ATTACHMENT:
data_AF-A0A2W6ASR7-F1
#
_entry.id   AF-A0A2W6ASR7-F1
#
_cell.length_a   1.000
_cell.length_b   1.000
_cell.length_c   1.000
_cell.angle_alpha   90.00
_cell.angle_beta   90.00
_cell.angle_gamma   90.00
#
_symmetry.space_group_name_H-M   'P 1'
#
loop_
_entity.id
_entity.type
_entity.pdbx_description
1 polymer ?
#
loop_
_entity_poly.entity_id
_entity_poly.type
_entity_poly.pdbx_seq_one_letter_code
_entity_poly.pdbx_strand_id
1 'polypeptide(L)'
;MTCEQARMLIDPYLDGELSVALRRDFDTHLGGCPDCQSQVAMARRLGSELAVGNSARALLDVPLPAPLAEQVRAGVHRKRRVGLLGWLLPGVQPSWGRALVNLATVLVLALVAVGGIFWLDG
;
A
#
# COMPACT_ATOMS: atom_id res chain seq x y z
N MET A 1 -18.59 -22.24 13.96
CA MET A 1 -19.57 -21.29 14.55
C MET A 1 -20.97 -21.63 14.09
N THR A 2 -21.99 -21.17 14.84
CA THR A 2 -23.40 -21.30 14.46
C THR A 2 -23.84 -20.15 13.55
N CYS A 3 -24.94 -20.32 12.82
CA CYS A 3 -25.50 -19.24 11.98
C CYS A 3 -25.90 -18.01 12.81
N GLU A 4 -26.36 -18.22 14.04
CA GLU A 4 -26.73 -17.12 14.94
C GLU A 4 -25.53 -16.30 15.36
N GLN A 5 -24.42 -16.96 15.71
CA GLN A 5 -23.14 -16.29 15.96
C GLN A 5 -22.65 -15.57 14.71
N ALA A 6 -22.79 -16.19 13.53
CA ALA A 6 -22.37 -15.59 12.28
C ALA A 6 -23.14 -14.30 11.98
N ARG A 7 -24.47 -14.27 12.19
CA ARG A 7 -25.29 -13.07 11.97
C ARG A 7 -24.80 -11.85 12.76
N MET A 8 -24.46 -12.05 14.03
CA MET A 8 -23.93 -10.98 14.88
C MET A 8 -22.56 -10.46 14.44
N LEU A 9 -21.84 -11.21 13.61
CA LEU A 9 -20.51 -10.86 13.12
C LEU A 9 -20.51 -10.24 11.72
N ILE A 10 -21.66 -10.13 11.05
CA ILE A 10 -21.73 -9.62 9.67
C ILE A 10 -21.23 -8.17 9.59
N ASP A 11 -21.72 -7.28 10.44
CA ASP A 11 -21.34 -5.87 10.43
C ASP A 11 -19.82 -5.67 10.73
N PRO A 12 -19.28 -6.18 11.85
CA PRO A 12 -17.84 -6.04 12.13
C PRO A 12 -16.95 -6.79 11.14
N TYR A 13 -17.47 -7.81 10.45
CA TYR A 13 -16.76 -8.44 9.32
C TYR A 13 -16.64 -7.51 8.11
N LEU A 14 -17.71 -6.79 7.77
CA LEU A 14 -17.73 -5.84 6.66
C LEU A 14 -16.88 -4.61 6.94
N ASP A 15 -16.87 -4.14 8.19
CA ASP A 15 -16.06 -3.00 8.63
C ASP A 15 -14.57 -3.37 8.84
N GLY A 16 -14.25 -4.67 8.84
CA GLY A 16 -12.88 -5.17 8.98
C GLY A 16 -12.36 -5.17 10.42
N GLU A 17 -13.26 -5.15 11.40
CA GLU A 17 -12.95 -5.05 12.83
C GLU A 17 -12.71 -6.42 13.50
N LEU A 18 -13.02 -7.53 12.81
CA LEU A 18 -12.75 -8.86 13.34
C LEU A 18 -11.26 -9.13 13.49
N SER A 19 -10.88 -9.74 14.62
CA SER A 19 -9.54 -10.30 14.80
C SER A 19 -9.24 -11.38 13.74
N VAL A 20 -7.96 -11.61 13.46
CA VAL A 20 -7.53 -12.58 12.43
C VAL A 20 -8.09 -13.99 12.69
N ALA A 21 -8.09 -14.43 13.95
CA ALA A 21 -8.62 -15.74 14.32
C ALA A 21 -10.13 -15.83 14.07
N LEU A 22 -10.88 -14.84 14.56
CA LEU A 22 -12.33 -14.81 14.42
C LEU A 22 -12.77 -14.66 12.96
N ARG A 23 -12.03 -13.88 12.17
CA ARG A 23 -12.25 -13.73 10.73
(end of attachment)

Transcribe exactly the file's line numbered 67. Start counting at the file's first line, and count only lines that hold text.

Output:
N TYR A 13 -17.47 -7.81 10.45